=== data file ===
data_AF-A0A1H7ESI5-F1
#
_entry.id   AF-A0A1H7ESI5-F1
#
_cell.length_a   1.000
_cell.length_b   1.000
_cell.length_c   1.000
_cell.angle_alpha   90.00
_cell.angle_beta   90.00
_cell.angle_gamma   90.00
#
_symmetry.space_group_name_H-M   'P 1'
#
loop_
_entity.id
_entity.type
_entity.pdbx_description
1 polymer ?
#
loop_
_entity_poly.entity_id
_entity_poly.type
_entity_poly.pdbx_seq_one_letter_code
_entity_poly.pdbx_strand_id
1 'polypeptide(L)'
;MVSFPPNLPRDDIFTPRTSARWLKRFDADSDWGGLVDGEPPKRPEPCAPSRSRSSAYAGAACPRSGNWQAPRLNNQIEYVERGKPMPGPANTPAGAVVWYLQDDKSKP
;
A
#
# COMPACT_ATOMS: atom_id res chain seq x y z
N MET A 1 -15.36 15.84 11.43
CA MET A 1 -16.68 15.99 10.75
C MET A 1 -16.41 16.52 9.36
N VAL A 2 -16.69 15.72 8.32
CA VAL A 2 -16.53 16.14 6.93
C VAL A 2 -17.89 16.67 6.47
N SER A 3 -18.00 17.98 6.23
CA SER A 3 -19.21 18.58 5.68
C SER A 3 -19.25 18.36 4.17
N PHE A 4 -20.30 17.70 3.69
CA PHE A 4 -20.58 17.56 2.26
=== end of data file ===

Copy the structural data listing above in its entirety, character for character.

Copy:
data_AF-A0A1H7ESI5-F1
#
_entry.id   AF-A0A1H7ESI5-F1
#
_cell.length_a   1.000
_cell.length_b   1.000
_cell.length_c   1.000
_cell.angle_alpha   90.00
_cell.angle_beta   90.00
_cell.angle_gamma   90.00
#
_symmetry.space_group_name_H-M   'P 1'
#
loop_
_entity.id
_entity.type
_entity.pdbx_description
1 polymer ?
#
loop_
_entity_poly.entity_id
_entity_poly.type
_entity_poly.pdbx_seq_one_letter_code
_entity_poly.pdbx_strand_id
1 'polypeptide(L)'
;MVSFPPNLPRDDIFTPRTSARWLKRFDADSDWGGLVDGEPPKRPEPCAPSRSRSSAYAGAACPRSGNWQAPRLNNQIEYVERGKPMPGPANTPAGAVVWYLQDDKSKP
;
A
#
# COMPACT_ATOMS: atom_id res chain seq x y z
N MET A 1 -15.36 15.84 11.43
CA MET A 1 -16.68 15.99 10.75
C MET A 1 -16.41 16.52 9.36
N VAL A 2 -16.69 15.72 8.32
CA VAL A 2 -16.53 16.14 6.93
C VAL A 2 -17.89 16.67 6.47
N SER A 3 -18.00 17.98 6.23
CA SER A 3 -19.21 18.58 5.68
C SER A 3 -19.25 18.36 4.17
N PHE A 4 -20.30 17.70 3.69
CA PHE A 4 -20.58 17.56 2.26